SAIC still haunted by CityTime scandal
- By David Hubler
- Dec 07, 2011
Officials and employees of Science Applications International Corp. no doubt are wishing they’d never gotten involved with the corruption-plagued New York City workforce management contract known as CityTime.
In its report on its third-quarter fiscal 2012, which ended Oct. 31, released at close of markets Dec. 6, SAIC said results “were significantly impacted by a $232 million loss provision taken by the company relating to the investigations concerning the CityTime workforce management contract.”
Several former SAIC employees were indicted in the scandal, a husband-and-wife team involved in the project fled the country, and three key executives were fired for alleged failures of proper management because of the kickback scheme.
"Our actions taken in the third quarter in connection with the CityTime situation, including taking the loss provision, were significant and appropriate,” CEO Walt Havenstein said in the statement Dec. 6.
“Excluding this provision, results from operations in the third quarter were consistent with the company's expectation,” he added.
Havenstein, who has announced his retirement next June, added that throughout this period, employees have consistently remained focused on continuing to deliver operational excellence and new capabilities for our customers. “Strong new business bookings, generation of cash flow, and other positive milestones this quarter reflect this focus and teamwork," he said.
Revenues for the third quarter were $2.81 billion with an operating loss of $17 million, or minus 0.6 percent of revenue.
Operating income excluding the CityTime loss provision was $215 million or 7.5 percent of revenue, compared to $252 million, or 8.9 percent of revenue, in the third quarter of fiscal 2011.
SAIC said the decline in operating income, as adjusted, was primarily due to a $19 million impairment of certain intangible assets associated with the acquisition of CloudShield Technologies Inc. completed in 2010, and increased expenditures on internal research and development.
Loss from continuing operations for the quarter was $90 million.
Income from continuing operations excluding the CityTime loss provision was $119 million, compared to $151 million in the third quarter of fiscal 2011.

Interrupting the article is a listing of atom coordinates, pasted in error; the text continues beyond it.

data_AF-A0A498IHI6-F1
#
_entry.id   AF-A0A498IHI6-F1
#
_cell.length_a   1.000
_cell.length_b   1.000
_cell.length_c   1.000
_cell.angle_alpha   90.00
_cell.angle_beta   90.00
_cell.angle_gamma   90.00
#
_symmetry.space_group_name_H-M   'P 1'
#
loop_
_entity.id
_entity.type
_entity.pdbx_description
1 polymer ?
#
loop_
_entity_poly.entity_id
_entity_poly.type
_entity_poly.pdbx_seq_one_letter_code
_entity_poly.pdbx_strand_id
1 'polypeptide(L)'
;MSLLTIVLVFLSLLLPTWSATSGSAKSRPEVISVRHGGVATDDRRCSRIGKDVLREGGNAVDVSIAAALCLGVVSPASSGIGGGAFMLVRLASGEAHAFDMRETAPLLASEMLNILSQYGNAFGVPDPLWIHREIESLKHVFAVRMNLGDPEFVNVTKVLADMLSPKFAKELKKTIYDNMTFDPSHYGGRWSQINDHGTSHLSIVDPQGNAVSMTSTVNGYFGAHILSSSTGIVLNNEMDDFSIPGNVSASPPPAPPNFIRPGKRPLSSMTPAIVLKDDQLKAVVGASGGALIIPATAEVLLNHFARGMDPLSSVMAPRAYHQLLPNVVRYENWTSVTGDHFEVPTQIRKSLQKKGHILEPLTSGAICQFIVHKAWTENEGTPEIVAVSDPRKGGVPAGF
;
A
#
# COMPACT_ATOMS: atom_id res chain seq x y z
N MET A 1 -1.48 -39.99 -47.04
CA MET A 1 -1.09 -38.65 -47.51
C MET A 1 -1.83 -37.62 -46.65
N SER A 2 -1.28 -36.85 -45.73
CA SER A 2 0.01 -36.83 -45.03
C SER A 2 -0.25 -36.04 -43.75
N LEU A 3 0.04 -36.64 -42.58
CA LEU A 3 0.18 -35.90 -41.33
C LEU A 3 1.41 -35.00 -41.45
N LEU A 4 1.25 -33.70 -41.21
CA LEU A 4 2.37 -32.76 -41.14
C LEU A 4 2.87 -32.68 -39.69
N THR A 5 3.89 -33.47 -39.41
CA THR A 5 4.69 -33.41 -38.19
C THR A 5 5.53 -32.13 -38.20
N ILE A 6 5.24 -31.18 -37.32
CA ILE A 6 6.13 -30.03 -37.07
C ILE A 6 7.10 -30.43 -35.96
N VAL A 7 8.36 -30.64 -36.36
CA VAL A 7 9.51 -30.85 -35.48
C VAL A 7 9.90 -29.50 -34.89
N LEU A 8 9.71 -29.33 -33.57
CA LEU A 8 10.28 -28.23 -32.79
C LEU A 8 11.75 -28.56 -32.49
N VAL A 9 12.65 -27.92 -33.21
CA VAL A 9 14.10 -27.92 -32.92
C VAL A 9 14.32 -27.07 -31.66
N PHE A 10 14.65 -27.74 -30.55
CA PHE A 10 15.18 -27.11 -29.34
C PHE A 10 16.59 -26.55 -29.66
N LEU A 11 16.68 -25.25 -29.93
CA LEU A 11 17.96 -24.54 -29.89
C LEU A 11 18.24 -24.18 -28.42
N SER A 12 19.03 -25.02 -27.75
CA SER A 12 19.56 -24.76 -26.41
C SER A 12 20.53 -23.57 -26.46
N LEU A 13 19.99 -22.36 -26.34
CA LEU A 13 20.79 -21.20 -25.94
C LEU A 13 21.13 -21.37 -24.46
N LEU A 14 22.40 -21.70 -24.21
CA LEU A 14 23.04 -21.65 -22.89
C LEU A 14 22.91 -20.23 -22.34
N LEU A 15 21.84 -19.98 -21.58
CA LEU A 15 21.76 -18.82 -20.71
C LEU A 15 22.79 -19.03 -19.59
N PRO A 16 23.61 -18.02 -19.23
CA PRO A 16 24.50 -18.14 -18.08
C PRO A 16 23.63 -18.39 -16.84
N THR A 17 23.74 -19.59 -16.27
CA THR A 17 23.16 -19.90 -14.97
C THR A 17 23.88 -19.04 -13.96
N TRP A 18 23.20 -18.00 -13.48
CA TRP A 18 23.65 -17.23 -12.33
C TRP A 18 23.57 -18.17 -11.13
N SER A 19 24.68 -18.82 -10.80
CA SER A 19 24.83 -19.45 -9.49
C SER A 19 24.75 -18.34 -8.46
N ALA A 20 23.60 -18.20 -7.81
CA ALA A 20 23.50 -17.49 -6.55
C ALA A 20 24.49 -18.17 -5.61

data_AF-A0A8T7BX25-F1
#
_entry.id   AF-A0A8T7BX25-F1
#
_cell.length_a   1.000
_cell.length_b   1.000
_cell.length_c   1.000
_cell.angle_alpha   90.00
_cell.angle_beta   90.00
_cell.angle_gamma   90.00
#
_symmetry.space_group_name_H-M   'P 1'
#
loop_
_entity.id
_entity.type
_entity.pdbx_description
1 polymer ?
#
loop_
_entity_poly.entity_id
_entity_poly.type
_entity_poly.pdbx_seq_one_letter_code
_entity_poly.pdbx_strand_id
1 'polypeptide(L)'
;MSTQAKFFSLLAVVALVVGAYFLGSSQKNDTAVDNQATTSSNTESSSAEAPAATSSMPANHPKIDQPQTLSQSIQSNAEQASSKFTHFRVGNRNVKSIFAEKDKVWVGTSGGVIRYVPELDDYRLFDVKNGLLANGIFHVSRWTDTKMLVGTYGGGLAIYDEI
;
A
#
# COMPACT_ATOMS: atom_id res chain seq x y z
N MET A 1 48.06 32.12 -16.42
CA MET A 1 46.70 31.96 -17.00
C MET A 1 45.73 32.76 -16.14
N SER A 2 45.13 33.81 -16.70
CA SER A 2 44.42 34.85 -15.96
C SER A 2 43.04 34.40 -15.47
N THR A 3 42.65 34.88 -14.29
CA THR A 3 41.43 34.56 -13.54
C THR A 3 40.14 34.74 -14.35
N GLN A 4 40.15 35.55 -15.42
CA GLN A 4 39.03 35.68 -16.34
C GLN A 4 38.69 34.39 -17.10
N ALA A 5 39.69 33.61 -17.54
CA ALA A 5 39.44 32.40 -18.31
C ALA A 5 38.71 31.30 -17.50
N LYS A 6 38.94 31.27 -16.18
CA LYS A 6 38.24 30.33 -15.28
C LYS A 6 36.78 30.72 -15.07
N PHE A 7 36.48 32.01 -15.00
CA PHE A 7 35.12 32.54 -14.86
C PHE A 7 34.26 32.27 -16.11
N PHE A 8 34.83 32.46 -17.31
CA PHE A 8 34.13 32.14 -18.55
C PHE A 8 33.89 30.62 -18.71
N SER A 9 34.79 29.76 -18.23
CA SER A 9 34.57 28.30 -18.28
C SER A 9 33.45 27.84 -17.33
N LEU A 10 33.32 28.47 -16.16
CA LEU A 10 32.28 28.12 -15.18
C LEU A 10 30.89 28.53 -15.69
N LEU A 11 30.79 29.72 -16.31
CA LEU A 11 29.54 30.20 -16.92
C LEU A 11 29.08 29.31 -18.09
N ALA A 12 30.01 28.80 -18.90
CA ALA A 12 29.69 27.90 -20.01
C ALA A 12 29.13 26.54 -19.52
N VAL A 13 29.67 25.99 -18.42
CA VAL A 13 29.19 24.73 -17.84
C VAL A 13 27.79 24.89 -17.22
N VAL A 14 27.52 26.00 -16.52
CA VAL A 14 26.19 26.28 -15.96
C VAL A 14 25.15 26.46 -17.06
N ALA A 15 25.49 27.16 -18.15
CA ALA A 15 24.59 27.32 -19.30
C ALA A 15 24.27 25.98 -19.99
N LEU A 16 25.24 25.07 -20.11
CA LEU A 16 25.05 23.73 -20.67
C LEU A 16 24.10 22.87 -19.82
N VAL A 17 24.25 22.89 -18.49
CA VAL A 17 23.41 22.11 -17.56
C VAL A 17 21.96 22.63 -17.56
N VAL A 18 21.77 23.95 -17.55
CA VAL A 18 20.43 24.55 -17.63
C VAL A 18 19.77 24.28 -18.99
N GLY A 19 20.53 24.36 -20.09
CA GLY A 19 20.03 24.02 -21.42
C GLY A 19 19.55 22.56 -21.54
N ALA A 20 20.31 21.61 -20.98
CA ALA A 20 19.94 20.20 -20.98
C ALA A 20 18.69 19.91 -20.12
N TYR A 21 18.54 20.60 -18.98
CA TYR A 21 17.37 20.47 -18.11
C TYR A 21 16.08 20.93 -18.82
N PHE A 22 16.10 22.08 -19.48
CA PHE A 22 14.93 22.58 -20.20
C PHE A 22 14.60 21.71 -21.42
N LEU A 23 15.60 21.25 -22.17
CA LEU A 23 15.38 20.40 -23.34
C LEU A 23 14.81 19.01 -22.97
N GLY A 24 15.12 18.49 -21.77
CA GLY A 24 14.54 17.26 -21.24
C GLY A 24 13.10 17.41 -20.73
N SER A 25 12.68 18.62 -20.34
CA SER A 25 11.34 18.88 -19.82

This decline in income from continuing operations, as adjusted, was attributable to the reduction in operating income described above and additional interest expense from the $750 million of debt issued in December 2010.
The entire CityTime loss provision was recorded within the Defense Solutions business segment, which recorded $1.117 billion in revenues for the quarter.
Defense Solutions revenues excluding the revenue portion of the loss provision were $1.169 billion, and decreased 4 percent from the third quarter of fiscal year 2011.
The decline in revenues, as adjusted, was due to the termination of the Army Brigade Combat Team Modernization contract, the June 2011 completion and delivery of the CityTime system, and reduced activity on an infrastructure support services program for the Defense Department, the company said.
These declines were partially offset by increased activity on a systems and software maintenance/upgrade program for the Army and ramp up of a new program to operate and maintain the enterprise network IT infrastructure for the State Department.
Defense Solutions operating loss for the quarter was $133 million (-11.9 percent of revenue). Defense Solutions operating income excluding the expense portion of the CityTime loss provision was $99 million, or 8.5 percent of revenue, down from 9.3 percent of revenue in the third quarter of fiscal 2011, due to the conclusion of certain contracts having relatively higher profit levels, the company said.
Health, Energy and Civil Solutions sector revenues increased 6 percent from the third quarter of fiscal 2011. Internal revenues increased 1 percent due to increased deliveries of non-intrusive cargo inspection systems, increased health care IT consulting services, design-build projects for geothermal plant construction, and an increase in disaster recovery support services.
These increases were partially offset by reduced activity on certain federal civilian agency programs, including those in support of NASA.
Intelligence and Cybersecurity Solutions operating income for the quarter was 5.6 percent of revenue, down from 8.8 percent in the third quarter of fiscal 2011.
SAIC attributed the decline in operating margin to a $19 million impairment of certain intangible assets associated with the CloudShield Technologies acquisition completed in 2010, and an increase in internal research and development spending.
SAIC, of McLean, Va., ranks No. 6 on Washington Technology’s 2011 Top 100 list of the largest federal government contractors.
David Hubler is the former print managing editor for GCN and senior editor for Washington Technology. He is freelance writer living in Annandale, Va.